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Is the “White Horse Prophecy” Real?




Joseph Smith is alleged to have uttered a prophecy in 1843 alluding to the four horses in the Book of Revelation. This prophecy has become known as the “White Horse Prophecy”. The prophecy was recorded by two Church members, Edwin Rushton and Theodore Turley approximately 10 years after Joseph’s death. There is no contemporary account that was recorded during the Prophet’s lifetime. Only second-hand accounts of the prophecy recorded years after the Prophet’s death exist.


Members often reference the United States Constitution hanging by a thread during the last days (Especially during a Democratic president’s term). This idea is taken from a supposed quote from this prophecy - “You will see the Constitution of the United States almost destroyed. It will hang like a thread as fine as a silk fiber.” This quote is so common, in fact, that it has been referenced by Brigham Young, Orson Hyde, and other early Church leaders, but it has not been referenced by Church leaders for nearly a decade, unless to state its falseness.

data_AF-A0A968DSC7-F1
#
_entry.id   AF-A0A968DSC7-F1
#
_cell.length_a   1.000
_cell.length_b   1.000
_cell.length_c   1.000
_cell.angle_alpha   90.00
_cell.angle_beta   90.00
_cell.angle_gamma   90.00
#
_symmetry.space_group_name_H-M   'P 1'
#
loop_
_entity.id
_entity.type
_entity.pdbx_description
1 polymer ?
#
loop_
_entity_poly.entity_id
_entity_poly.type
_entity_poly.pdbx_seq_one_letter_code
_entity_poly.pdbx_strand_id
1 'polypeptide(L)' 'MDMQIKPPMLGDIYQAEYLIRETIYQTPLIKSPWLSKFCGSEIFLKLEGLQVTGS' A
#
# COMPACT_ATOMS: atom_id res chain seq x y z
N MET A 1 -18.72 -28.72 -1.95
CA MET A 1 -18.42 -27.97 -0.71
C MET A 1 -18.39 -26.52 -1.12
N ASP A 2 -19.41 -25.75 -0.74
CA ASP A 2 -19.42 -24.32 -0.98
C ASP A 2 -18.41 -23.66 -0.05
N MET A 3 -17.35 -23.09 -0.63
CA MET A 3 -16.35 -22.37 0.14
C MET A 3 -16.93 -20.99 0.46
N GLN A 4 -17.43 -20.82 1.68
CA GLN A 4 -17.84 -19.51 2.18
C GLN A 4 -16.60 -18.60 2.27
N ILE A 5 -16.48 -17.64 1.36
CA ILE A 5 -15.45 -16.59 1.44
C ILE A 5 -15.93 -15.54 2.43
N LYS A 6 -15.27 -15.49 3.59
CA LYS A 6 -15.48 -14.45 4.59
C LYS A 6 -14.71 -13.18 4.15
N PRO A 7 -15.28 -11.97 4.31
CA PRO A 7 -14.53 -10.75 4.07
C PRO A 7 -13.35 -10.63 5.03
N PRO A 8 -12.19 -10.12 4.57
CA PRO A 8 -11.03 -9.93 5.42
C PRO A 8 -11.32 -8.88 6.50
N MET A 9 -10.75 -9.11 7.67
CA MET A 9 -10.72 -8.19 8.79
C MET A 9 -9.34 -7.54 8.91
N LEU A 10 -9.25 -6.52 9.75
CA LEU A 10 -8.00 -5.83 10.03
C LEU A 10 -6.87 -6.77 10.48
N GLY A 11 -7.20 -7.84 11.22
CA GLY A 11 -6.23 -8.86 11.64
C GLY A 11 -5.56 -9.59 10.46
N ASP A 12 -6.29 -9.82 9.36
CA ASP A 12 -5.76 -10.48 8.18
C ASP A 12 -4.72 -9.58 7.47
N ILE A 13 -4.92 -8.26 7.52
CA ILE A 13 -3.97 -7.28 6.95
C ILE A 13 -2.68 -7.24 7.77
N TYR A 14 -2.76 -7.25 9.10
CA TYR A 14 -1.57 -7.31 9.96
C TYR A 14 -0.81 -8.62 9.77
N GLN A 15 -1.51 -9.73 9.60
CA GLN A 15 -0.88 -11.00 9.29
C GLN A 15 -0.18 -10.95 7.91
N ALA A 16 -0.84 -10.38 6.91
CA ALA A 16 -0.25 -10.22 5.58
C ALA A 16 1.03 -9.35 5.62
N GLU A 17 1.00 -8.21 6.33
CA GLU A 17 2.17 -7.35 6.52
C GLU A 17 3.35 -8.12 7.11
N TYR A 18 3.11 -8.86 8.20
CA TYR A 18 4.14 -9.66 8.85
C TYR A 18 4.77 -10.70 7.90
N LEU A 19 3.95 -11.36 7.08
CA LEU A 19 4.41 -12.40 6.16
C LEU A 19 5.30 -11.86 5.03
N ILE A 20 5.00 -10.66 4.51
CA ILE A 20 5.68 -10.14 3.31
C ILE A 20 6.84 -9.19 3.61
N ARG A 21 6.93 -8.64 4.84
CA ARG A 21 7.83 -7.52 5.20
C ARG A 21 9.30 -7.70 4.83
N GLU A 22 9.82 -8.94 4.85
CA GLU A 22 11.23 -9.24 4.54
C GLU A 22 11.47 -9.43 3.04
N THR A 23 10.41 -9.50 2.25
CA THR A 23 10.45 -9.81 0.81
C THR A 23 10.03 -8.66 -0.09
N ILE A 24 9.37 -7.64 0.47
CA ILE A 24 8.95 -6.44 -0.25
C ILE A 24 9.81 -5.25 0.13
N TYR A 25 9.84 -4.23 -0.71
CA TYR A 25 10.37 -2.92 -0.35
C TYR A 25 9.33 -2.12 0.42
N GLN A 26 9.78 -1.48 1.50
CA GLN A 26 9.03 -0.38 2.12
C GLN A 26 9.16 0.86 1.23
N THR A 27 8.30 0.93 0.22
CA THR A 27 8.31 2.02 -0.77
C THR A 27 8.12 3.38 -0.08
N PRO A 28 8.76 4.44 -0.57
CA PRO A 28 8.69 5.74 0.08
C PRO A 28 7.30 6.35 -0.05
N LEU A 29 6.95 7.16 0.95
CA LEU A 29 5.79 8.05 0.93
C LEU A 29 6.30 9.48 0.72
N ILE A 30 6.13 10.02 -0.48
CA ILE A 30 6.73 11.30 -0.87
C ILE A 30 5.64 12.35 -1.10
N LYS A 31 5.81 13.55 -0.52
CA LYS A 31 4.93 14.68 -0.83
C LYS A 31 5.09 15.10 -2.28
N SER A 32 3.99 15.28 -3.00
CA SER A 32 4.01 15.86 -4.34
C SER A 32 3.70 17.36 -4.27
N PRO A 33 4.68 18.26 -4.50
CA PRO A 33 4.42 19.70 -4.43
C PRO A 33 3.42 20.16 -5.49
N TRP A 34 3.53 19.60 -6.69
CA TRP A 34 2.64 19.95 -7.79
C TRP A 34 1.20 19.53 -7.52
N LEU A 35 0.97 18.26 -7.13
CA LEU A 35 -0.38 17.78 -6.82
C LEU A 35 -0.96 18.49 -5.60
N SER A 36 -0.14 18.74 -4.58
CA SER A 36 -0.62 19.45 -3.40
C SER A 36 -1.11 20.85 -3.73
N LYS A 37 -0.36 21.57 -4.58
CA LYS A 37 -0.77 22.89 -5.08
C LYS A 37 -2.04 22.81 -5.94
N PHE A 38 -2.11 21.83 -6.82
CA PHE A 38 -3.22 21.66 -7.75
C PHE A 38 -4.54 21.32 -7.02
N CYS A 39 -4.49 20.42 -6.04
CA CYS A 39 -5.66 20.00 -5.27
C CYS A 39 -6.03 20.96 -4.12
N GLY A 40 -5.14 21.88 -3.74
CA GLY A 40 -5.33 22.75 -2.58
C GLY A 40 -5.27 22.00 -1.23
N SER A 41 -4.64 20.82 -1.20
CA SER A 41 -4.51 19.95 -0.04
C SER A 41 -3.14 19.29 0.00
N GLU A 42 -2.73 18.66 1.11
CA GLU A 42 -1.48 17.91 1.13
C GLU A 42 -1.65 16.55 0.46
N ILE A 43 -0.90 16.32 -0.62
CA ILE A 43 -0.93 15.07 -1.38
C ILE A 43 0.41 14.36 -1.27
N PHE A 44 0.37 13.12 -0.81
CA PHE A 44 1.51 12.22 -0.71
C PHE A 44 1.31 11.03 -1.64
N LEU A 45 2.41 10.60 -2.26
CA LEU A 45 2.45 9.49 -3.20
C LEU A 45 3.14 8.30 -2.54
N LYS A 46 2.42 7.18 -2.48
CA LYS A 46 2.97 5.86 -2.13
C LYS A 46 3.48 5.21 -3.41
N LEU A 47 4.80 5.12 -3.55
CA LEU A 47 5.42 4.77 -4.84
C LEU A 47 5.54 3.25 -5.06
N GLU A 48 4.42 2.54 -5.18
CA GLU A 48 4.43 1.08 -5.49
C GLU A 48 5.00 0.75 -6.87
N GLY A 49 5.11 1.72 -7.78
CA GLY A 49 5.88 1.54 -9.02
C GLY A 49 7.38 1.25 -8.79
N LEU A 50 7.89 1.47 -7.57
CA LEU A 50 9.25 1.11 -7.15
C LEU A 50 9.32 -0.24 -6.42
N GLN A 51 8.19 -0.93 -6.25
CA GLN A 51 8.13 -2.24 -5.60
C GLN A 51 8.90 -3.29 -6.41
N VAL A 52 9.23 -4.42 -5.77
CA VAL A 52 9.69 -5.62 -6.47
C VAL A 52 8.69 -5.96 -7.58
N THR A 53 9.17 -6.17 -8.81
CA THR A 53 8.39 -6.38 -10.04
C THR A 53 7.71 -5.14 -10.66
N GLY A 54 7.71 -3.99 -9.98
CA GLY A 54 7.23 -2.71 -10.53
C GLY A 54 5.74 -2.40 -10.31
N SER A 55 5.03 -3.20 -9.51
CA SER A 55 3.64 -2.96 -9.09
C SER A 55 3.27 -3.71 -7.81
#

The “White Horse Prophecy” has been used by critics to claim that Latter-day Saints have a secret agenda to take over the United States government. It is even the root for the ridiculous legend that the Washington DC Temple is set up to become the head of the government and houses an exact replica of the White House’s Oval Office in it.


So is the “White Horse Prophecy” for real? Probably not. Authorities of the Church have denounced portions of the account, including President Joseph Fielding Smith in a 1918 General Conference. Joseph F. Smith and Bruce R. McConkie have also stated that the prophecy should not be trusted as fact. The “White Horse Prophecy” in any of its variant forms, has never been submitted, or even considered, for such a process that would be required to make it canon or binding on the Church membership. Basically, the Church's stance is that members should not believe the prophecy.


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